The regulator instead found that the CCO, who had been appointed to the position with no prior compliance experience, had done his best by repeatedly requesting resources for his compliance program and by repeatedly warning of his inability to assess counterparty risk without receiving that support, all to no avail.

The lack of funding for compliance oversight, the agency concluded, had contributed to the firm’s failure to notice the warning signs of the fraudulent scheme. The agency fined Pennant $400,000 and fined Elste $45,000.

So what?

At first blush, Southwind and Pennant may seem like materially different situations. In the former case, Southwind’s CCO had ample resources for his compliance mission but inexplicably failed to execute it over an extended period, to his own material detriment. In the latter, Pennant’s CCO lacked resources and support despite asking for them repeatedly, and thereby avoided liability.

Both [cases] signal the SEC’s continuing willingness to hold business leaders accountable when their investment advisory firms fall down on their compliance function.

Still, beneath the surface these cases are not dissimilar. Both involve significant compliance failures. Both take a hard look at the individual actions of CCOs and other C-suite executives for those failures. Both signal the SEC’s continuing willingness to hold business leaders accountable when their investment advisory firms fall down on their compliance function.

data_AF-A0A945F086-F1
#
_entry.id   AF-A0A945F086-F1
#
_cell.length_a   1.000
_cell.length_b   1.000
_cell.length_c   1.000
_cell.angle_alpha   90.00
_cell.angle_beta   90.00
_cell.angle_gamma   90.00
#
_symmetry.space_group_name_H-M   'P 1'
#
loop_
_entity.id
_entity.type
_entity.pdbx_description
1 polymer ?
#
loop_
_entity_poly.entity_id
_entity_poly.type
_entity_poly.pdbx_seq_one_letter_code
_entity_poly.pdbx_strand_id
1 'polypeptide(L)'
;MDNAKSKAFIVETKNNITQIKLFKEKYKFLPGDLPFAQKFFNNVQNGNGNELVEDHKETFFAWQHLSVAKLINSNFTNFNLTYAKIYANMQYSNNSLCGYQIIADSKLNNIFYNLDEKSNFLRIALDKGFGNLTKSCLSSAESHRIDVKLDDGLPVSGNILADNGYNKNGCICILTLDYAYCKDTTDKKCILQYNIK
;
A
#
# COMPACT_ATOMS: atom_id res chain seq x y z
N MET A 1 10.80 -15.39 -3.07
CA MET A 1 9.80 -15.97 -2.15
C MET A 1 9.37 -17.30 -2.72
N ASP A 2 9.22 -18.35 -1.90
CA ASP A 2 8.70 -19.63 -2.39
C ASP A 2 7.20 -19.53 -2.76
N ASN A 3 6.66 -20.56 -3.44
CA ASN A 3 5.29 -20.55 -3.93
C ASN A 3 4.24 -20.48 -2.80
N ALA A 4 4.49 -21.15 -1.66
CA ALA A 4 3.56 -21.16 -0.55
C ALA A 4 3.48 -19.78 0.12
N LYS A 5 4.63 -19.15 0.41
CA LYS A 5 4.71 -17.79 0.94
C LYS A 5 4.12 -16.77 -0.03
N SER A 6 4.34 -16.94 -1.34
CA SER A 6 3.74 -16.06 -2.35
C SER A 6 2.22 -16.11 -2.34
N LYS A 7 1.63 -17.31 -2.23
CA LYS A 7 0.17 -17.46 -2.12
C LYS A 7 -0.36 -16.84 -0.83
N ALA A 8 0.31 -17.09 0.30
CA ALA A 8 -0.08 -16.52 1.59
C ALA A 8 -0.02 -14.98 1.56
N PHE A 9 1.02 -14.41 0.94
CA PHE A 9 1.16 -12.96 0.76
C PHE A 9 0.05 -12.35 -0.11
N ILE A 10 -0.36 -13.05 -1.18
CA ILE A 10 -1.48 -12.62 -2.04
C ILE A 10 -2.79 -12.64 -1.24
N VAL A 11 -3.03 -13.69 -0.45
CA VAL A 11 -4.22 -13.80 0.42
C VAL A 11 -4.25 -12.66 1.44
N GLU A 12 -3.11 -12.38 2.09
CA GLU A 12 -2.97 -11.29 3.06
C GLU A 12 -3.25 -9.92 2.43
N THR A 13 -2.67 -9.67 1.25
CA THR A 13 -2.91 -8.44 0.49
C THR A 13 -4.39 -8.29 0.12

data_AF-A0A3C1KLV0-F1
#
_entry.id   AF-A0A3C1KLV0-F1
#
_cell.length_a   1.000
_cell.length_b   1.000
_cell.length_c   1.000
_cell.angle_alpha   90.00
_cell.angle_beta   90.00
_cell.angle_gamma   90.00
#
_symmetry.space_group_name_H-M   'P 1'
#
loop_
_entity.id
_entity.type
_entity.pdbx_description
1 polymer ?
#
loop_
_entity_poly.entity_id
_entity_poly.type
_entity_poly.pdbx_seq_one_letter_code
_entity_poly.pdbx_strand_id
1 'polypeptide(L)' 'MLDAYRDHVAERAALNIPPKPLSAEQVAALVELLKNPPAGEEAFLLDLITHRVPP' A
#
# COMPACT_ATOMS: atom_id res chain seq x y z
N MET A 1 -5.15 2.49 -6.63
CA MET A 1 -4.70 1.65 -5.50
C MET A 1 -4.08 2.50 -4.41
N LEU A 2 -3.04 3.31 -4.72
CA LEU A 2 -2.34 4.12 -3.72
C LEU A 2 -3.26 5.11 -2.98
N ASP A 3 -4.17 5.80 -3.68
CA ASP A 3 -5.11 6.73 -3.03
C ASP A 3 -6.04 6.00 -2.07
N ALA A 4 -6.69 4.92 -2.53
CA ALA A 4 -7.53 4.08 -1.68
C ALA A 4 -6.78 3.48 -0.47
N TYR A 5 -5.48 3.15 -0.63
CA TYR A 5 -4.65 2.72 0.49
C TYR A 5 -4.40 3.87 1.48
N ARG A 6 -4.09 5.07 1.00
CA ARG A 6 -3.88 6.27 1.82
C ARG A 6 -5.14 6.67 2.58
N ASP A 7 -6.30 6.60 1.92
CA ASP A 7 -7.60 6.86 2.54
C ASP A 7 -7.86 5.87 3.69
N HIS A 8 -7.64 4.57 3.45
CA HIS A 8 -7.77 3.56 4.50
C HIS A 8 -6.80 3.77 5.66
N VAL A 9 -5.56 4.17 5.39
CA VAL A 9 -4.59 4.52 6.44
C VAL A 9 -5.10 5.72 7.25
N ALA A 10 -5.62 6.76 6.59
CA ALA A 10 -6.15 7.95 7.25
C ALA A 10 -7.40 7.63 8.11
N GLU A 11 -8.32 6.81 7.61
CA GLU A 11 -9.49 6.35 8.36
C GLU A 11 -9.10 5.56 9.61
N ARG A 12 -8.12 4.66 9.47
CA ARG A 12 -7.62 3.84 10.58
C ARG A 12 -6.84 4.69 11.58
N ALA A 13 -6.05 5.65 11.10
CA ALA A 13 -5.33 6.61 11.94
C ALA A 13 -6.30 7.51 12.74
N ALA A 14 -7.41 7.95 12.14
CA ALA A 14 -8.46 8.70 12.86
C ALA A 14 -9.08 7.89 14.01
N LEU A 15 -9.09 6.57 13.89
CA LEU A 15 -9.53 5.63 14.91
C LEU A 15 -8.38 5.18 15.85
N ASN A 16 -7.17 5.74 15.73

Compliance officers and executives should not assume either case was predestined to turn out as it did. No doubt Southwind’s CCO mounted a vigorous defense of his actions, and the Pennant CCO likely came in for a fair share of finger pointing by others. Moreover, compliance executives often struggle with lack of funds and resources to adequately manage a firm’s compliance program.

For any CCO and business leader, Southwind and Pennant should serve as a signal example of the degree of personal financial and reputational risk they take by not adopting, funding, following, and documenting compliance policies and procedures.

Where Technology Can Help

Advances in regulatory technology may help allay the looming threat of an enforcement action that targets a CCO individually.

It is one thing to tell business leaders in the investment advisory world to pay attention to compliance. It is another thing to help them implement effective, efficient compliance programs.

CCOs know the difficulty of managing a department that often gets treated as an unwanted hindrance rather than an essential function. The rulings above, however, highlight just how critical, and personally significant, regulatory compliance can be for financial firms.

Fortunately, advances in regulatory technology may help allay the looming threat of an enforcement action that targets a CCO or other executive individually. Tools continue to emerge that streamline compliance functions and automate record-keeping, leading to more efficient and effective management of the compliance process.

As rulings by the SEC and other regulators will not likely ever be predictable, these tools may be a CCO’s best hope of not just staying diligent about compliance, but also being able to prove the firm’s (and their own) diligence should any enforcement action come to pass.